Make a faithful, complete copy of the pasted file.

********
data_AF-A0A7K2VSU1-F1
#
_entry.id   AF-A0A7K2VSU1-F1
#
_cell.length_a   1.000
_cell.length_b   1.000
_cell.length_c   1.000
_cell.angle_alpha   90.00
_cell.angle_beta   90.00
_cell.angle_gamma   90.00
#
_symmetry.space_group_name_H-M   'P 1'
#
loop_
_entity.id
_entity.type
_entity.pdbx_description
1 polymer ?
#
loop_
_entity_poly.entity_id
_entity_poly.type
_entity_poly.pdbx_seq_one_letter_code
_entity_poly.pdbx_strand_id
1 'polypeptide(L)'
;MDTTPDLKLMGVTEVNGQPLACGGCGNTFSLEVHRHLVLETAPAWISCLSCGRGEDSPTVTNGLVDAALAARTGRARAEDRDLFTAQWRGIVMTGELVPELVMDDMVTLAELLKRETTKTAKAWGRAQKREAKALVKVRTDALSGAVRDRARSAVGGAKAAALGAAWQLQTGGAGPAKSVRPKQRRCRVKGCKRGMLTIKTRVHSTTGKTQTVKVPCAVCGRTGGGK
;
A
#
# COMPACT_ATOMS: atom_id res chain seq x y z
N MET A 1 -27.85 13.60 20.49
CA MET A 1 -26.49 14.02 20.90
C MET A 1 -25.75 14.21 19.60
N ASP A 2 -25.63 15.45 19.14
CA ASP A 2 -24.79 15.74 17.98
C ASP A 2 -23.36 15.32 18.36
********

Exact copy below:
data_AF-A0A7K2VSU1-F1
#
_entry.id   AF-A0A7K2VSU1-F1
#
_cell.length_a   1.000
_cell.length_b   1.000
_cell.length_c   1.000
_cell.angle_alpha   90.00
_cell.angle_beta   90.00
_cell.angle_gamma   90.00
#
_symmetry.space_group_name_H-M   'P 1'
#
loop_
_entity.id
_entity.type
_entity.pdbx_description
1 polymer ?
#
loop_
_entity_poly.entity_id
_entity_poly.type
_entity_poly.pdbx_seq_one_letter_code
_entity_poly.pdbx_strand_id
1 'polypeptide(L)'
;MDTTPDLKLMGVTEVNGQPLACGGCGNTFSLEVHRHLVLETAPAWISCLSCGRGEDSPTVTNGLVDAALAARTGRARAEDRDLFTAQWRGIVMTGELVPELVMDDMVTLAELLKRETTKTAKAWGRAQKREAKALVKVRTDALSGAVRDRARSAVGGAKAAALGAAWQLQTGGAGPAKSVRPKQRRCRVKGCKRGMLTIKTRVHSTTGKTQTVKVPCAVCGRTGGGK
;
A
#
# COMPACT_ATOMS: atom_id res chain seq x y z
N MET A 1 -27.85 13.60 20.49
CA MET A 1 -26.49 14.02 20.90
C MET A 1 -25.75 14.21 19.60
N ASP A 2 -25.63 15.45 19.14
CA ASP A 2 -24.79 15.74 17.98
C ASP A 2 -23.36 15.32 18.36